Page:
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Blowing the whistle on cartel cases – plan before you sound the alarm

04 February 2020

#Transport, Shipping & Logistics

Nathan Cecil

Published by Nathan Cecil, Rebecca Niumeitolu

Blowing the whistle on cartel cases – plan before you sound the alarm

Cartel conduct is notoriously difficult to detect. Cartel participants don’t advertise they’ve fixed prices, restricted outputs, rigged bids or allocated customers, suppliers, or territories. Cartels often go hidden unless uncovered by chance or someone blows the whistle.

It appears that a shipping line’s decision to call out its partners was a critical factor in the criminal cartel prosecutions of Nippon Yusen Kabushiki Kaisha (NYK) and Kawasaki Kisen Kaisha Ltd (K-Line). But, that doesn’t mean that you should blow the whistle without careful planning – as doing so without planning might land you in water just as hot or fail to provide you with the protection that you seek.

Why would you blow the whistle?

Incentive for whistleblowing arises in the ACCC Immunity and Cooperation Policy for Cartel Conduct (Immunity Policy) and the Commonwealth Director of Public Prosecution’s (CDPP) Immunity from Prosecution in Serious Cartel Offences policy (CDPP Policy). Each is designed short circuit cartel arrangements with the promise of immunity from civil proceedings and criminal prosecution. The significance of immunity cannot be underestimated, when you consider the substantial fines that can be imposed for cartel conduct.

For example, the Federal Court of Australia imposed a fine of $34.5 million on K-Line for its criminal cartel conduct. K-Line approached the ACCC under the Immunity Policy, but was too late to enjoy the benefits under it. So, what if it had acted sooner?

How does immunity work?

Under the Immunity Policy and CDPP Policy applicants may be granted immunity by the ACCC from civil proceedings or the CDPP from criminal prosecution for cartel conduct.

Civil proceedings

For a corporation to be eligible for conditional immunity from civil proceedings, it must:

  • be the first party to disclose the cartel conduct
  • admit engaging in, or having engaged in, cartel conduct
  • not have coerced others to participate in the cartel
  • ceased, or promise to cease, involvement in the cartel
  • provide full, frank and truthful disclosure and cooperate fully and expeditiously while making the application
  • have entered a cooperation agreement with the ACCC, including outlining what and when evidence and assistance will be provided to the ACCC
  • maintain confidentiality regarding its status as an immunity applicant, the details of the investigation and any civil or criminal proceedings.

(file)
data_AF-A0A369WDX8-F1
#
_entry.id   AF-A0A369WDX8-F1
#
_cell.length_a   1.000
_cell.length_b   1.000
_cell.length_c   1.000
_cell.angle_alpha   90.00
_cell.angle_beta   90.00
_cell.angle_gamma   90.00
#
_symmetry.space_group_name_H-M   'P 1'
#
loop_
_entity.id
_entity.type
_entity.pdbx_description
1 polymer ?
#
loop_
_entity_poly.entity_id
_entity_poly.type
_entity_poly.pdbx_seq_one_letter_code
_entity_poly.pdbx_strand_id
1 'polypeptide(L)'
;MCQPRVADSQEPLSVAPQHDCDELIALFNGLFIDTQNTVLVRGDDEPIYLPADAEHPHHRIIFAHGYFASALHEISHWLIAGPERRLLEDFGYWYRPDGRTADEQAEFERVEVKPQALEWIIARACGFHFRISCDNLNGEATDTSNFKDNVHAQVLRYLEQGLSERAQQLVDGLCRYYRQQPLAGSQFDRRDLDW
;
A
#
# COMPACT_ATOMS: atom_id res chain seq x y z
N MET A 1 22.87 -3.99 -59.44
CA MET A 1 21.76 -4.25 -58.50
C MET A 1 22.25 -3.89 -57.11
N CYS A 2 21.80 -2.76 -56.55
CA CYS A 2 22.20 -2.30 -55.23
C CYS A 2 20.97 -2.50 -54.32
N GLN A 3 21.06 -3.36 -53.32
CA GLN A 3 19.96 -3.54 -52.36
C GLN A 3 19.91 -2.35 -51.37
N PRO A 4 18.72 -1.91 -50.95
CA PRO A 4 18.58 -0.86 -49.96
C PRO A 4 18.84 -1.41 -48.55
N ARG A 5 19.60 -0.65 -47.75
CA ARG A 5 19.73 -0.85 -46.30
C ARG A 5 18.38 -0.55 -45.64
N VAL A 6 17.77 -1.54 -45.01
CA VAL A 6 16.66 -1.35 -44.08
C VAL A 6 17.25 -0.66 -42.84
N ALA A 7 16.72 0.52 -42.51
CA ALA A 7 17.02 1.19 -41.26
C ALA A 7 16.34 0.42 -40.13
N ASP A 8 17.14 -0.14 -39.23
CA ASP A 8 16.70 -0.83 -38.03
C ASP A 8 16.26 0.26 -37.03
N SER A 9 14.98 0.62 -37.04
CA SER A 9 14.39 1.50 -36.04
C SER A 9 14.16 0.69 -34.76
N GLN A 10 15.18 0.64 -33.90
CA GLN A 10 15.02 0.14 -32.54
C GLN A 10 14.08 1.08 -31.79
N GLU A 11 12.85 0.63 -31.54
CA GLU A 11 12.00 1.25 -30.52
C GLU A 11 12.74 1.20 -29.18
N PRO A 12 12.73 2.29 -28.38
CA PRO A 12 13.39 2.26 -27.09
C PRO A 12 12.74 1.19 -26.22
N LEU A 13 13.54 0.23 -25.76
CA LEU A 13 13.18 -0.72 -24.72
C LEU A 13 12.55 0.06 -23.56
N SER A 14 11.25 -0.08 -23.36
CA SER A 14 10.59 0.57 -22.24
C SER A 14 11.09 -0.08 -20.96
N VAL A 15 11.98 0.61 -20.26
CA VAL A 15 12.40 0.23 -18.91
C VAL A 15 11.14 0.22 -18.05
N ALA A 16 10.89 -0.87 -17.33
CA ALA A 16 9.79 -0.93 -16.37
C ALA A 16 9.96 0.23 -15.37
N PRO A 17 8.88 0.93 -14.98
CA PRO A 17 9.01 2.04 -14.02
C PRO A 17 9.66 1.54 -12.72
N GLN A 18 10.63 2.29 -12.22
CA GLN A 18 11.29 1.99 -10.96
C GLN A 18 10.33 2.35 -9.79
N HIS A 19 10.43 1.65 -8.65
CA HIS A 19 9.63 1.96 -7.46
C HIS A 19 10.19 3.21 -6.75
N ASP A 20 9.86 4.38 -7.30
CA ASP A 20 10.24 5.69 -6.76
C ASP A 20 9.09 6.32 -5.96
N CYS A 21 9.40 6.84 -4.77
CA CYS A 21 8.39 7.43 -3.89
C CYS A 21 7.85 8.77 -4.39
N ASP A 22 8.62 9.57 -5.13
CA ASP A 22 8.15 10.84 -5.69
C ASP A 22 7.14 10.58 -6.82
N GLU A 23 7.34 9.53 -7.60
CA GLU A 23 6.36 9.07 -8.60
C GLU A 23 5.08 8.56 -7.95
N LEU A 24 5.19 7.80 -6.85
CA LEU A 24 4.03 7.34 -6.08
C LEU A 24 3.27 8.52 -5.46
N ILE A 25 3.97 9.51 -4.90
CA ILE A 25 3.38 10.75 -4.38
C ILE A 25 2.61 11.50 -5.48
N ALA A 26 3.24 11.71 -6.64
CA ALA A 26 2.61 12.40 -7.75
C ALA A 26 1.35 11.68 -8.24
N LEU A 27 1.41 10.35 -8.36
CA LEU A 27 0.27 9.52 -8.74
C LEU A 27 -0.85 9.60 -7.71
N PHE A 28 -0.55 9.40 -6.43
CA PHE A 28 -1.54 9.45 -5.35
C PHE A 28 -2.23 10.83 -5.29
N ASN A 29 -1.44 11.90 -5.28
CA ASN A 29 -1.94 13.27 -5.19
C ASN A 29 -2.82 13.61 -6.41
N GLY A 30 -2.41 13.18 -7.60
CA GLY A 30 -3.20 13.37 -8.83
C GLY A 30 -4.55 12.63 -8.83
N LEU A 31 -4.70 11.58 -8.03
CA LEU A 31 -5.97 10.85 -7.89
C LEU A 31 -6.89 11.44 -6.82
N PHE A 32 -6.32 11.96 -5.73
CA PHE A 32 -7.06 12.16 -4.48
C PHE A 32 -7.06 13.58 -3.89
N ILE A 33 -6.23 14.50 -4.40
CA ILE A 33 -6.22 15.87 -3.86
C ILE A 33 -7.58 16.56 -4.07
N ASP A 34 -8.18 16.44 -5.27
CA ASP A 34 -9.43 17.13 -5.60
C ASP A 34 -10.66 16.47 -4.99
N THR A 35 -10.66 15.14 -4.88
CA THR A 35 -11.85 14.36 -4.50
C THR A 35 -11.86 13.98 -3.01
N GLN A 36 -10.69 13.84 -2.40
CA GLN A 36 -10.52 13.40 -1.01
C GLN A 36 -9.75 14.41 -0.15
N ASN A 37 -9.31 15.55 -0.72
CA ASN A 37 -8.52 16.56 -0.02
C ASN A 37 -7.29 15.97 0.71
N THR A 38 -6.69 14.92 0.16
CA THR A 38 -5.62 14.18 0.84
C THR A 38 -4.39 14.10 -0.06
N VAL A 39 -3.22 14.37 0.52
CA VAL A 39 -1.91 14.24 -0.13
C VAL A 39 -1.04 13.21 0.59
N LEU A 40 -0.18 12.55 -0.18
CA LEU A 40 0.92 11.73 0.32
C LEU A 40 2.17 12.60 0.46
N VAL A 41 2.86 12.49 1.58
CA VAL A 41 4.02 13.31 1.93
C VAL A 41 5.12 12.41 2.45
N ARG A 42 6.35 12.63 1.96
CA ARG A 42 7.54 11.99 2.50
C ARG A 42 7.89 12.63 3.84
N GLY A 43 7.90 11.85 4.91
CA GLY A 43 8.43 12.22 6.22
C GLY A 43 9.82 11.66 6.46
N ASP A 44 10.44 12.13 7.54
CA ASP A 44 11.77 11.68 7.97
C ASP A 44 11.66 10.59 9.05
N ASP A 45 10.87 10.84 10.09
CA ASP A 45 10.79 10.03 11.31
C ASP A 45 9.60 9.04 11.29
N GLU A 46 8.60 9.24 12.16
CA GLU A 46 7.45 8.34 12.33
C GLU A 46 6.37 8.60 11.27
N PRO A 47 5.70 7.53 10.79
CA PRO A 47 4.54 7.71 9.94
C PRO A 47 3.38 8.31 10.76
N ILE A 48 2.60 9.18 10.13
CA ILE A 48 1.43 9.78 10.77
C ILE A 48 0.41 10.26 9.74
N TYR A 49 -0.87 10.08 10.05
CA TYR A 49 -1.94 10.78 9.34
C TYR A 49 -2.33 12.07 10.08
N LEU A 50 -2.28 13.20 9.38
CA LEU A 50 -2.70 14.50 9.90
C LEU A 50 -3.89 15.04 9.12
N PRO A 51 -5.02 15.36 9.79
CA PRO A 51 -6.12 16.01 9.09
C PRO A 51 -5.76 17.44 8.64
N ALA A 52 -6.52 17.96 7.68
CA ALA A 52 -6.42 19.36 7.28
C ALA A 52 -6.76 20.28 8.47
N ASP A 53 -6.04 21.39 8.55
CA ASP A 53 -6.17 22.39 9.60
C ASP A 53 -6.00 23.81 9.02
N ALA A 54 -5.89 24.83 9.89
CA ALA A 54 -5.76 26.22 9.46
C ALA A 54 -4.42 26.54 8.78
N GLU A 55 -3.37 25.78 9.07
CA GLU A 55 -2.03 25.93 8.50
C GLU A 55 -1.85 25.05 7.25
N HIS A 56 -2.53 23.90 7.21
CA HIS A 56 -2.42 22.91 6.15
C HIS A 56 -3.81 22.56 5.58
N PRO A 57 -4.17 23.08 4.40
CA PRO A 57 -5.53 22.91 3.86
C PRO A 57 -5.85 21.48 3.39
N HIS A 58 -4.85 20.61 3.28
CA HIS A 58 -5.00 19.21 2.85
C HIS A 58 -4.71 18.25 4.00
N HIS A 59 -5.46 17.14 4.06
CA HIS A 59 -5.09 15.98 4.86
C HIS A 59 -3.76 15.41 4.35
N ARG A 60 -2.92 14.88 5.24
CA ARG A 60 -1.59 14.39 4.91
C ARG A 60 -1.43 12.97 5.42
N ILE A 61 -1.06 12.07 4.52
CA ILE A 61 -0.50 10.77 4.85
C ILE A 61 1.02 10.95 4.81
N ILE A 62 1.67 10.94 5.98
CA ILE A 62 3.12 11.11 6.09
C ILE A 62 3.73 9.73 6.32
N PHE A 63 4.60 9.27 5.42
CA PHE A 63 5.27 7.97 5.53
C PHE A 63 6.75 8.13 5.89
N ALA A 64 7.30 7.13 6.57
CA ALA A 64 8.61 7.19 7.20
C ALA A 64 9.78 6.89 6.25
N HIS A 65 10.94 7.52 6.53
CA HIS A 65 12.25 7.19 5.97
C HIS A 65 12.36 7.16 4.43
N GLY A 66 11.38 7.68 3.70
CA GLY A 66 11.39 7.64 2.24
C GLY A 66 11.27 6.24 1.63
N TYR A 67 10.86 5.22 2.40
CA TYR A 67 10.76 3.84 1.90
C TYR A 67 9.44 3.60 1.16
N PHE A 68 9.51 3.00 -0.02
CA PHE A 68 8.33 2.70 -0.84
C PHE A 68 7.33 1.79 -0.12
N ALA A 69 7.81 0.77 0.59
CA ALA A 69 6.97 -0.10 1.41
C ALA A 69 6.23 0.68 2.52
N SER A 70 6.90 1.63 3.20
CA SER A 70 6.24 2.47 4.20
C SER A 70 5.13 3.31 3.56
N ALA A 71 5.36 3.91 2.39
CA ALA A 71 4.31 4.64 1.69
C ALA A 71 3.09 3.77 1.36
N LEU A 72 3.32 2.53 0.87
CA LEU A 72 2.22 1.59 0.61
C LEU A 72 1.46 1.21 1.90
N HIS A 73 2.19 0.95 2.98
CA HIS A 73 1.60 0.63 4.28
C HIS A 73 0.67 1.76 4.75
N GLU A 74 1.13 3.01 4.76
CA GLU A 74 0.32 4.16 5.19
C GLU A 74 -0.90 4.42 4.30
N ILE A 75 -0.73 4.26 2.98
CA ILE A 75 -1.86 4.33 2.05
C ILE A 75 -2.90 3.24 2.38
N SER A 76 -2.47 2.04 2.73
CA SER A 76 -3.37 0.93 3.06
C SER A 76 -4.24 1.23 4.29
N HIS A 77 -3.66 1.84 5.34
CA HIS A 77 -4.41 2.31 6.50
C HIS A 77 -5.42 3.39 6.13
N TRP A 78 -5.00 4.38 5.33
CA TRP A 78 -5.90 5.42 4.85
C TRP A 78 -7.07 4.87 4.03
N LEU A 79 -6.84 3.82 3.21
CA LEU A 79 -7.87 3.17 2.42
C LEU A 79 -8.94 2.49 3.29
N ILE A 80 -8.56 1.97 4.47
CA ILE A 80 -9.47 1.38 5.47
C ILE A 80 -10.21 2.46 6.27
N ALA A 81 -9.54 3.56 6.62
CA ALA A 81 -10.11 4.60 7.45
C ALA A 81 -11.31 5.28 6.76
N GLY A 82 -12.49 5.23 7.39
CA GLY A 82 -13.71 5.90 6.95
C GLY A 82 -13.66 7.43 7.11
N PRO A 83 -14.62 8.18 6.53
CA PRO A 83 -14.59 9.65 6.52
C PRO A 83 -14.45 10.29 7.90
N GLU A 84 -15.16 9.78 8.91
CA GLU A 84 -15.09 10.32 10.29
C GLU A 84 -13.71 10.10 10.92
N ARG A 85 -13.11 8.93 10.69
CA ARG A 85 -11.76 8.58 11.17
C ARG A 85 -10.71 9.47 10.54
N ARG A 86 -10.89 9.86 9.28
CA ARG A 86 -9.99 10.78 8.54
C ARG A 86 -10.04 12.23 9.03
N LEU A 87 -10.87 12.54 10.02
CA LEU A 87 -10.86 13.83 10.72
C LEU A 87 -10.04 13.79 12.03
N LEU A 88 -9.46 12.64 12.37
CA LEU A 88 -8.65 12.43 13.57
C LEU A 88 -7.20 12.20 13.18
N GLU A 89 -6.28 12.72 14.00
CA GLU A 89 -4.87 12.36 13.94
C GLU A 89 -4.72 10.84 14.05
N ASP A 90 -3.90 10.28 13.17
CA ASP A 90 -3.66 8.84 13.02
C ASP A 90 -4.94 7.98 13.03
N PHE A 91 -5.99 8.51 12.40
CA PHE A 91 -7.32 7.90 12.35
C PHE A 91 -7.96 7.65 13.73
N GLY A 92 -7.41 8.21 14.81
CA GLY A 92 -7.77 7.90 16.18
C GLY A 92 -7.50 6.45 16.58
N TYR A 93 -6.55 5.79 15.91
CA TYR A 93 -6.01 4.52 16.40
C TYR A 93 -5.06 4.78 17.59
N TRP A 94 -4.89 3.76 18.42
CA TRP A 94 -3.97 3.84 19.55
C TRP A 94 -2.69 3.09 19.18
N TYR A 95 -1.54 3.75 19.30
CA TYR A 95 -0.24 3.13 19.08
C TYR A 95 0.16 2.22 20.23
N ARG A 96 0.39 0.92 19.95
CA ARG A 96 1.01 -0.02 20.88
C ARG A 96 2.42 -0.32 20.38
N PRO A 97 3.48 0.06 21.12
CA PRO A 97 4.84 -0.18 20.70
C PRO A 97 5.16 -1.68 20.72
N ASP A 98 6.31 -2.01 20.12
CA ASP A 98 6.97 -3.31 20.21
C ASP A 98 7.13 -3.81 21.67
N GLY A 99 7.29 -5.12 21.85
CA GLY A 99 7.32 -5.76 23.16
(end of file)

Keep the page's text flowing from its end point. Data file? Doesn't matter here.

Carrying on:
An initial enquiry is made with the ACCC, which can be made anonymously, to see whether any other party has claimed immunity in respect of the cartel. If not, details of the cartel conduct are provided to the ACCC for investigation. During the process (and as early as possible) the applicant should seek conditional immunity. Once the cartel conduct has been fully investigated and prosecuted and the applicant for immunity has cooperated throughout, the applicant is granted final immunity.

Criminal proceedings

As criminal prosecutions for cartel conduct fall under the CDPP’s purview, the ACCC and CDPP have a Memorandum of Understanding to deal with immunity applications in a consistent manner.

Grounds for refusing immunity

The Immunity Policy provides that the ACCC is unlikely to grant conditional immunity if the applicant applies for it after the ACCC already has evidence that is likely to establish a contravention of the CCA arising from the cartel conduct.

Exclusions from the immunity

The Immunity Policy only covers cartel conduct. It does not also extend to immunity from prosecution for ‘concerted practices’ that have the purpose, effect or likely effect of substantially lessening competition in the market.

This carve out is critical for persons who are considering making disclosures to the ACCC, because cartel conduct may also constitute concerted practices. So, a party could make a disclosure under the belief that it may enjoy immunity, whereas it actually exposes itself to other proceedings.

Be savvy not sorry

The Immunity Policy and the CDPP Policy are powerful tools for corporations seeking a clean slate.

But before taking the leap, it’s important to think twice about the implications of approaching the ACCC: 

1. Name your vices
Characterise what contraventions of the CCA you may have engaged in. Conduct that contravenes other provisions of the CCA may affect your disclosure strategy and the way you approach cooperation with the ACCC and CDPP, if at all.

2. It is all in or nothing
If you enter an immunity arrangement with the ACCC or the CDPP be prepared to go all in. Failure to continue cooperating could result in a revocation of the immunity.

3. Think big and coordinate
If your cartel involved overseas stakeholders or you have similar arrangements overseas, you could be asked by the ACCC to allow for limited disclosure in these overseas jurisdictions. This could result in proceedings against you. It could also prompt you to consider cooperating with enforcement agencies and seeking immunity in those foreign jurisdictions.

Authors: Nathan Cecil & Rebecca Niumeitolu

*This article was originally published in Shipping Australia.

Disclaimer
The information in this publication is of a general nature and is not intended to address the circumstances of any particular individual or entity. Although we endeavour to provide accurate and timely information, we do not guarantee that the information in this newsletter is accurate at the date it is received or that it will continue to be accurate in the future.

Nathan Cecil

Published by Nathan Cecil, Rebecca Niumeitolu

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